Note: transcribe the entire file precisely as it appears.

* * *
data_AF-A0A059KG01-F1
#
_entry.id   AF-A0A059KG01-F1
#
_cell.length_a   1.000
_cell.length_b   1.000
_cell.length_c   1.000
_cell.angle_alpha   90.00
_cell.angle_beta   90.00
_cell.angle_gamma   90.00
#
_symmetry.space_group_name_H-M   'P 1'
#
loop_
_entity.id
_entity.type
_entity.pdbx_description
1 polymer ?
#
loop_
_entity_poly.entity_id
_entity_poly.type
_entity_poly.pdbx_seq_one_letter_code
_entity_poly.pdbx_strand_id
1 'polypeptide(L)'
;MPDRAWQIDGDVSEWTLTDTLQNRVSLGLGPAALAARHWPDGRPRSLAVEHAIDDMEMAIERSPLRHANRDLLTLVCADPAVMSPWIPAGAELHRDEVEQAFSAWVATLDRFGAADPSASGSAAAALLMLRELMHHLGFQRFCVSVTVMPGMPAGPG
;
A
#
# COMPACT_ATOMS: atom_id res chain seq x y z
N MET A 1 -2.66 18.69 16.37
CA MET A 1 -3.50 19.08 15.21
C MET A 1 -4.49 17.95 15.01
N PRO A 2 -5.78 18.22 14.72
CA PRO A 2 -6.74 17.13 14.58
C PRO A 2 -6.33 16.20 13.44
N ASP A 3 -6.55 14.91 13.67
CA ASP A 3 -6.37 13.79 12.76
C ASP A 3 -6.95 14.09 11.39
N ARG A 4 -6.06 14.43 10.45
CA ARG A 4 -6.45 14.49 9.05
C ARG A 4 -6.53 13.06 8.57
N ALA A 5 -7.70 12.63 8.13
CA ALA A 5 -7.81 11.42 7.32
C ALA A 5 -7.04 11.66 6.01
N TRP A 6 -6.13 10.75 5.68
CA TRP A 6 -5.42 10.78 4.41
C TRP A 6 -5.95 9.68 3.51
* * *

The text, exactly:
data_AF-A0A059KG01-F1
#
_entry.id   AF-A0A059KG01-F1
#
_cell.length_a   1.000
_cell.length_b   1.000
_cell.length_c   1.000
_cell.angle_alpha   90.00
_cell.angle_beta   90.00
_cell.angle_gamma   90.00
#
_symmetry.space_group_name_H-M   'P 1'
#
loop_
_entity.id
_entity.type
_entity.pdbx_description
1 polymer ?
#
loop_
_entity_poly.entity_id
_entity_poly.type
_entity_poly.pdbx_seq_one_letter_code
_entity_poly.pdbx_strand_id
1 'polypeptide(L)'
;MPDRAWQIDGDVSEWTLTDTLQNRVSLGLGPAALAARHWPDGRPRSLAVEHAIDDMEMAIERSPLRHANRDLLTLVCADPAVMSPWIPAGAELHRDEVEQAFSAWVATLDRFGAADPSASGSAAAALLMLRELMHHLGFQRFCVSVTVMPGMPAGPG
;
A
#
# COMPACT_ATOMS: atom_id res chain seq x y z
N MET A 1 -2.66 18.69 16.37
CA MET A 1 -3.50 19.08 15.21
C MET A 1 -4.49 17.95 15.01
N PRO A 2 -5.78 18.22 14.72
CA PRO A 2 -6.74 17.13 14.58
C PRO A 2 -6.33 16.20 13.44
N ASP A 3 -6.55 14.91 13.67
CA ASP A 3 -6.37 13.79 12.76
C ASP A 3 -6.95 14.09 11.39
N ARG A 4 -6.06 14.43 10.45
CA ARG A 4 -6.45 14.49 9.05
C ARG A 4 -6.53 13.06 8.57
N ALA A 5 -7.70 12.63 8.13
CA ALA A 5 -7.81 11.42 7.32
C ALA A 5 -7.04 11.66 6.01
N TRP A 6 -6.13 10.75 5.68
CA TRP A 6 -5.42 10.78 4.41
C TRP A 6 -5.95 9.68 3.51